Courtney Duncan says winning her third consecutive Women’s Motocross World Championship title has not really sunk in yet.
Life had been ‘‘pretty hyped and busy’’ since Sunday — and the Palmerston rider was already facing another challenge: trying to get home.
The 25-year-old has been unable to secure an MIQ spot to return to New Zealand, leaving her stuck in Italy.
Duncan said she was hopeful to get a spot in the coming weeks, to celebrate her success with family and friends.
‘‘I have a lot of support back home that it’s not possible to race without, so it would be cool to get back and celebrate with those guys as well,’’ she said.
‘‘In a perfect world I’d like to think I’ll be able to get home but that’s something that’s out of my control, so I’ll just have to wait and see.
‘‘I’m still in Italy enjoying life with some friends here, doing some sightseeing — normally you have that racing pressure each day, and not to have that, and just relax for the time being is nice.’’
Securing a place in MIQ was just another challenge thrown into the mix for Duncan. While she won the championship by a resounding 31 points, it was not a smooth ride to victory.
She had a ‘‘hefty crash’’ in Spain on October 16, in which she slightly fractured her finger, and had struggled in the second round of the series in July, riding on sand which she had not done for three years.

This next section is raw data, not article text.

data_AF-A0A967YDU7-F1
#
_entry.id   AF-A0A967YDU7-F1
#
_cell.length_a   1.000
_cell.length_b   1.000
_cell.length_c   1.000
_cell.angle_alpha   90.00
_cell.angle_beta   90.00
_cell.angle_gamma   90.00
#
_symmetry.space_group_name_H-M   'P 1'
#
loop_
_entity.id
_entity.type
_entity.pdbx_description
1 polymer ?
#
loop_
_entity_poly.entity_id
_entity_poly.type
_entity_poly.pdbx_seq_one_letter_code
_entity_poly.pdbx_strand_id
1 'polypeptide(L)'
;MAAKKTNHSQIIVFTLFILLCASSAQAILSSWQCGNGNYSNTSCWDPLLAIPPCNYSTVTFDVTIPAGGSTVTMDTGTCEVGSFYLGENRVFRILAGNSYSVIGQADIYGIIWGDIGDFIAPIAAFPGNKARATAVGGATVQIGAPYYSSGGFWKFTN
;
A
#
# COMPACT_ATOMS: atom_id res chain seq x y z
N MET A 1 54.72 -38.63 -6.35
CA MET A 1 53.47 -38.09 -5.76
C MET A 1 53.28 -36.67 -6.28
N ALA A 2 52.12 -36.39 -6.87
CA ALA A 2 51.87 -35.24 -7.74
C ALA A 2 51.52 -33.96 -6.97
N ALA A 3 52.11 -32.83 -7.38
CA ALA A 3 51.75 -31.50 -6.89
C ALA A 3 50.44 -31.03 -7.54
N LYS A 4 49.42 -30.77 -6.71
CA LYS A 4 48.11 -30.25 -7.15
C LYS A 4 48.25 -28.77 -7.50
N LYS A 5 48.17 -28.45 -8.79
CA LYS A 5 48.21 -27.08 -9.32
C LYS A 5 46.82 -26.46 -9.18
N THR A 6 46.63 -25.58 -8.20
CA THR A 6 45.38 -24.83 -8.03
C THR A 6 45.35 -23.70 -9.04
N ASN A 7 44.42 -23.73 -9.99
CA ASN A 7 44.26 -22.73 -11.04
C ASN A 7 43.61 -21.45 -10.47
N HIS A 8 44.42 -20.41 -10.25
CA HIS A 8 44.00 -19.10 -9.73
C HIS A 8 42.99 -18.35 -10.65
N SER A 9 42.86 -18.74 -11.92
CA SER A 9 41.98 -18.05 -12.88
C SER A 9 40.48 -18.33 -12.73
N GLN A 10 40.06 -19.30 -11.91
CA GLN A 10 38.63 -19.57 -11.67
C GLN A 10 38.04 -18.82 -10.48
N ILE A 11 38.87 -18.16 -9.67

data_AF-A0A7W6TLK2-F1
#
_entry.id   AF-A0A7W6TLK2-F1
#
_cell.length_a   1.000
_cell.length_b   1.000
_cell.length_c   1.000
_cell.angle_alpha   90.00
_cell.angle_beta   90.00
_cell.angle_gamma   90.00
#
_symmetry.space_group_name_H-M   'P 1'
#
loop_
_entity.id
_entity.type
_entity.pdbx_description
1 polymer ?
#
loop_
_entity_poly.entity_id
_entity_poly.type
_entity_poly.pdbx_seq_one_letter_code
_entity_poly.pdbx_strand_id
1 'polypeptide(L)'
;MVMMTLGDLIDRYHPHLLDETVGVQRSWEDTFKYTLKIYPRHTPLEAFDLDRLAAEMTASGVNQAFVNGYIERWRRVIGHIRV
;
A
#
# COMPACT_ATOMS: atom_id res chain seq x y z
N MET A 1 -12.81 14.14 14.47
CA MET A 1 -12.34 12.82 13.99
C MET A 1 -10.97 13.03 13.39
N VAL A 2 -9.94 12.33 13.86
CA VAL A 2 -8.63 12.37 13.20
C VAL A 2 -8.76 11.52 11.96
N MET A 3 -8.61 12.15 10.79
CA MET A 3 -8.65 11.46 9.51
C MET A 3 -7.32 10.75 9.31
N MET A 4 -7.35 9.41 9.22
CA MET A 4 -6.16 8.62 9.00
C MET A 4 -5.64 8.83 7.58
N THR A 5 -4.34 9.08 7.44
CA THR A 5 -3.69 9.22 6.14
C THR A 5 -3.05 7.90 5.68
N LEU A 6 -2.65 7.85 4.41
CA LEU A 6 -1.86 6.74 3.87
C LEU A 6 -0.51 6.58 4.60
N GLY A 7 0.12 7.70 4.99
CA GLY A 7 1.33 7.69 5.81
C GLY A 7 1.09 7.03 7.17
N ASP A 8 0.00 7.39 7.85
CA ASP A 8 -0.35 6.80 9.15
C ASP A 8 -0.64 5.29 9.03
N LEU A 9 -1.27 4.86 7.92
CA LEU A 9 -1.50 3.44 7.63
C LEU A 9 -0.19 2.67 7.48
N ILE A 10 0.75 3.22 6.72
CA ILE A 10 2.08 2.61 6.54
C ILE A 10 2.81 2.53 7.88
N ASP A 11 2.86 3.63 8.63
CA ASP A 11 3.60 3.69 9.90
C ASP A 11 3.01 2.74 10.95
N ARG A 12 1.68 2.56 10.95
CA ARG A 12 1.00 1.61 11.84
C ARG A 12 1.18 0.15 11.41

But she made the best out of every situation.
‘‘If you looked at the points gap at the end you’d think it was won easily but it really wasn’t,’’ she said.
‘‘I really had to push hard there to even make a podium in the second Moto, Spain I had a massive crash . .. that could have been season-ending and then there were a few other things going on as well.
‘‘It comes down to how much it means to you, and how much is on the line and how much you want to win it.’’
The win made Duncan New Zealand’s most successful female motocross rider, surpassing fellow world champion Katherine Oberlin-Brown (nee Prumm), who won the title in 2006 and 2007.
Duncan said she still needed time to digest the win.
‘‘The initial feeling it is still really good . . .I think it’ll be when things slow down a little that I realise this is pretty surreal.’’
All three wins had been pretty special and all unfolded in different ways, she said.
‘‘The first one is always going to be hard to beat, especially after having many years of injuries, but this year also had its own struggles, so it feels good too.’’
She hoped her success inspired the next generation, and gave young girls and children the belief anything was possible through hard work and the right attitude.
The support Duncan received from people in Waitaki, and her hometown of Palmerston, had been amazing.
‘‘As an athlete you never take the fans and support for granted — I love representing my home region.’’